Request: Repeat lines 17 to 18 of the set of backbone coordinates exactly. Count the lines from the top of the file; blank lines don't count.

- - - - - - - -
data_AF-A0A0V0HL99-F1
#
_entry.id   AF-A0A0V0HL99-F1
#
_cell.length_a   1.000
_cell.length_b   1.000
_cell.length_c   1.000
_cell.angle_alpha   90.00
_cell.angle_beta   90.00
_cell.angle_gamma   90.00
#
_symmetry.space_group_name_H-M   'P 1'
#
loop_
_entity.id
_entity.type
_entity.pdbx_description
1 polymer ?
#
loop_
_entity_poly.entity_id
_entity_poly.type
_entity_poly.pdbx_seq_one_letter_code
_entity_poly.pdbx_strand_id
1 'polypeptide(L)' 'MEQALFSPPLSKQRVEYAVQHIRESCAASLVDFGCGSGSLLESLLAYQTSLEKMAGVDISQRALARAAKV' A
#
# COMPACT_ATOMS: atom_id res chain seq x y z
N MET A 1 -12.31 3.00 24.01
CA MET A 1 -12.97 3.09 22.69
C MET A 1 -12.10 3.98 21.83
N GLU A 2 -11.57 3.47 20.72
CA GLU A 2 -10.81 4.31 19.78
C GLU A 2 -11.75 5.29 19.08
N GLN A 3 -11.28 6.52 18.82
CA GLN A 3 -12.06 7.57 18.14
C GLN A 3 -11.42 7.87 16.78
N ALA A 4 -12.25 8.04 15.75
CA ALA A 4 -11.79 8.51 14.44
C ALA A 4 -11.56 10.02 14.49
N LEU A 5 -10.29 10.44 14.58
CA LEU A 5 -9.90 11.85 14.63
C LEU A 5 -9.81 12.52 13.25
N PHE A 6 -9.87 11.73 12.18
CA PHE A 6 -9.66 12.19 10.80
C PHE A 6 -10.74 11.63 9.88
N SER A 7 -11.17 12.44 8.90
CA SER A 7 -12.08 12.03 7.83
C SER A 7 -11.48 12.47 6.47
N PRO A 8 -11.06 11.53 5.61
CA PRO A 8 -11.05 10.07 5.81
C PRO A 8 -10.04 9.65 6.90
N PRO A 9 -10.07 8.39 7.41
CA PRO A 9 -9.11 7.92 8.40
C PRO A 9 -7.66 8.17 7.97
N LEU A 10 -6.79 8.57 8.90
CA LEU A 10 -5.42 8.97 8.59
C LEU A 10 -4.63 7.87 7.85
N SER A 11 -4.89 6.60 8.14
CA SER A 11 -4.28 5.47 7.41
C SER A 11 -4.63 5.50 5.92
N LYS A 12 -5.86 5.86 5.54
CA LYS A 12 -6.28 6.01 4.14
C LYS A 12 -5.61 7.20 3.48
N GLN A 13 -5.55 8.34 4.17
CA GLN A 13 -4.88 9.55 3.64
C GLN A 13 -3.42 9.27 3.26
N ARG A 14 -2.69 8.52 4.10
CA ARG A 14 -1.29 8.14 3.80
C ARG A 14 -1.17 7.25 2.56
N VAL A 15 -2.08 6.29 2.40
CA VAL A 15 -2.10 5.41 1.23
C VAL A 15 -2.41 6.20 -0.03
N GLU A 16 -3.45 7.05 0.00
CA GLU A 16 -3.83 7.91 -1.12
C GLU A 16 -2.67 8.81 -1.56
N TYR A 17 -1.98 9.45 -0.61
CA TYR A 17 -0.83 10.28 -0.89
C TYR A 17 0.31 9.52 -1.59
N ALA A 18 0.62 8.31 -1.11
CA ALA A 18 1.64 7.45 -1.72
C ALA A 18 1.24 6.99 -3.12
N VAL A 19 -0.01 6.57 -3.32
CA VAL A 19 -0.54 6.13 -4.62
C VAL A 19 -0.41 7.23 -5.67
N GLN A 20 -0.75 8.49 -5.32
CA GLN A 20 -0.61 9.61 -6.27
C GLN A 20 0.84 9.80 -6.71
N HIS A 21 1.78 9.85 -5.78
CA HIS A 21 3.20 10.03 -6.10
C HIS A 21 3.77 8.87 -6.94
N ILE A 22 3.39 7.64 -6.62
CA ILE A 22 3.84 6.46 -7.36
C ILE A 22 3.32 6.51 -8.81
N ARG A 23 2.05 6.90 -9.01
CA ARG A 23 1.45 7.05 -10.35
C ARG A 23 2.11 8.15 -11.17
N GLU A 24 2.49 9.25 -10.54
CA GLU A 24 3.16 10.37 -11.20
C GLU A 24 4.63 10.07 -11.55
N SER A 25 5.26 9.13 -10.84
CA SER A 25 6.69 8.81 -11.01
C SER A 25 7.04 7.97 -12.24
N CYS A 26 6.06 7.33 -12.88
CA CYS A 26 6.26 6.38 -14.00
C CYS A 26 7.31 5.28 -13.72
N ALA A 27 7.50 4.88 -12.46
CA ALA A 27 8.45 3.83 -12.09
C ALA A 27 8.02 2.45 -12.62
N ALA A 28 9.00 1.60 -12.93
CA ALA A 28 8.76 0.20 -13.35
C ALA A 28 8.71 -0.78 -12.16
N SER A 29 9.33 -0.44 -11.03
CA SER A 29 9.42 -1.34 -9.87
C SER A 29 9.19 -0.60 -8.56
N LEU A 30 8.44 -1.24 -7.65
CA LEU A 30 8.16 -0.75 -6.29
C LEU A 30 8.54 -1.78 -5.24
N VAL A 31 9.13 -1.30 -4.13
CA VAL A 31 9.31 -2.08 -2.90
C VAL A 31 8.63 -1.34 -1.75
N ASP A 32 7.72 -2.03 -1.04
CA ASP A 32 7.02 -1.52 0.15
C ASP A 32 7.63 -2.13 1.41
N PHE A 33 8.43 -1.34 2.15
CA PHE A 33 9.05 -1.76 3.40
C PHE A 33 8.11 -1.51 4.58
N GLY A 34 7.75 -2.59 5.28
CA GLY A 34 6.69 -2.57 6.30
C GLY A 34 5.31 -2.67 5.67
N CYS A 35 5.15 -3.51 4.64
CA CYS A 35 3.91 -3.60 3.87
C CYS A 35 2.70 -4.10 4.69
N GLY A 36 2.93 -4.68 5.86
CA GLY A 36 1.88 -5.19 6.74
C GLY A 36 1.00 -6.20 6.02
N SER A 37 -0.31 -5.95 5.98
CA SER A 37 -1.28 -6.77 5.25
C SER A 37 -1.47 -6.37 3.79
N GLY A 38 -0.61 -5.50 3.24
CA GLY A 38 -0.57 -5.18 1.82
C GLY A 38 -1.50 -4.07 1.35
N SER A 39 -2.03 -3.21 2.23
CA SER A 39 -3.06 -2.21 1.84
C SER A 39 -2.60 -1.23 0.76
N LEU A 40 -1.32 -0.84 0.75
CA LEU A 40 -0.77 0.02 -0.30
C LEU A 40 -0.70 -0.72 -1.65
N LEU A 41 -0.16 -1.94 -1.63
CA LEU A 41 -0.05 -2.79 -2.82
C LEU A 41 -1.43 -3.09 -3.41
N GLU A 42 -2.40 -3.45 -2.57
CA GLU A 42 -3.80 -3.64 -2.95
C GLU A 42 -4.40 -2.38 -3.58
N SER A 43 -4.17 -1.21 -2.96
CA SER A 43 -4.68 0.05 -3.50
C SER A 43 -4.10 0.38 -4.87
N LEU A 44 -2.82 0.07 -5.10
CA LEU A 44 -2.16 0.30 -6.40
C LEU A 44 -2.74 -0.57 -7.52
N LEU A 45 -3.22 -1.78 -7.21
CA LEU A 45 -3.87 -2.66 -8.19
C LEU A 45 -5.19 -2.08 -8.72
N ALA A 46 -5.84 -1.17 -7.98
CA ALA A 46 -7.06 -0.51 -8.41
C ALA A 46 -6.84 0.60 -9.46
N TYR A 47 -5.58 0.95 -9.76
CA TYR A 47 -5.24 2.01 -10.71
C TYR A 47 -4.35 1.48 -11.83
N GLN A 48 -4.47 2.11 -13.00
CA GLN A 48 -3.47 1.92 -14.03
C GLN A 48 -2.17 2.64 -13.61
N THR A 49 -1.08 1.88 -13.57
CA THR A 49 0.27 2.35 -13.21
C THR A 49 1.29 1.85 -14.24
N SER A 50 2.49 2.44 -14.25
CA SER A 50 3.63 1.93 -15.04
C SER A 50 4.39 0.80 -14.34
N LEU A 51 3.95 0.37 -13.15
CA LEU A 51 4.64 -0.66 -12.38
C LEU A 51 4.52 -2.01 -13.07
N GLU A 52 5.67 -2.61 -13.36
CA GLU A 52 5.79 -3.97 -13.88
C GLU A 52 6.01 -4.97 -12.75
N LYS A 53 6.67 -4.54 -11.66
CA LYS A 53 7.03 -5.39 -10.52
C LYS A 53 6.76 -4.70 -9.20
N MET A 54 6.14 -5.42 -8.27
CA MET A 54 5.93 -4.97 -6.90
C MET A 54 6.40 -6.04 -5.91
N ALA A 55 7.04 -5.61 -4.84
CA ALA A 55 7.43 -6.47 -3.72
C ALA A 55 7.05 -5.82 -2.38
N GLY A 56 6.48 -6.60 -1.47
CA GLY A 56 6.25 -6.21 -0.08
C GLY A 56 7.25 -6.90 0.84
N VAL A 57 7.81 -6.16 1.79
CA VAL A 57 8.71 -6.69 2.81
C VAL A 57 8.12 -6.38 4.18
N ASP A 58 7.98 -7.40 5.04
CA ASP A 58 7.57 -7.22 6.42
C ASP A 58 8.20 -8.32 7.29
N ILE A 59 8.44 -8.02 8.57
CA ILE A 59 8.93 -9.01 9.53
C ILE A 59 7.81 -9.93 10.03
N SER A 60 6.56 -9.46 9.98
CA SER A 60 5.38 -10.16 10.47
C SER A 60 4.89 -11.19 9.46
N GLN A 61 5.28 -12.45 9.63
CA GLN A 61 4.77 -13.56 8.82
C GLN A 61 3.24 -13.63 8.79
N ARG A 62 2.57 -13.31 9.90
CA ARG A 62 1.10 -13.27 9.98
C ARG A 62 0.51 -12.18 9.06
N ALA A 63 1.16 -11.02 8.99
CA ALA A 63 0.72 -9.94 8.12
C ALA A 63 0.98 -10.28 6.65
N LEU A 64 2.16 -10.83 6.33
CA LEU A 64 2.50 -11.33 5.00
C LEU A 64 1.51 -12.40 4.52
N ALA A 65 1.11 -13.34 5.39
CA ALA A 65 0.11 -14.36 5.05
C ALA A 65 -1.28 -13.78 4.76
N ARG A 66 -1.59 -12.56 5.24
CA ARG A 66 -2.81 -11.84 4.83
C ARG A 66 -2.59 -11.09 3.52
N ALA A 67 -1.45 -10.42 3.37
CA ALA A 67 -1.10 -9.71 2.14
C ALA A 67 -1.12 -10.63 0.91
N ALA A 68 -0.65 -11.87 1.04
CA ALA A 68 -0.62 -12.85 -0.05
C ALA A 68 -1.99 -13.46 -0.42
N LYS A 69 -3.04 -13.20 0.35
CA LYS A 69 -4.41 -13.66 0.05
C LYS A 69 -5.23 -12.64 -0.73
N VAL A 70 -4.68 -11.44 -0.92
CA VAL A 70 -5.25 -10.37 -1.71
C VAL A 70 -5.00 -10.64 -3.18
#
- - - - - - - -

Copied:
_entity.pdbx_description
1 polymer ?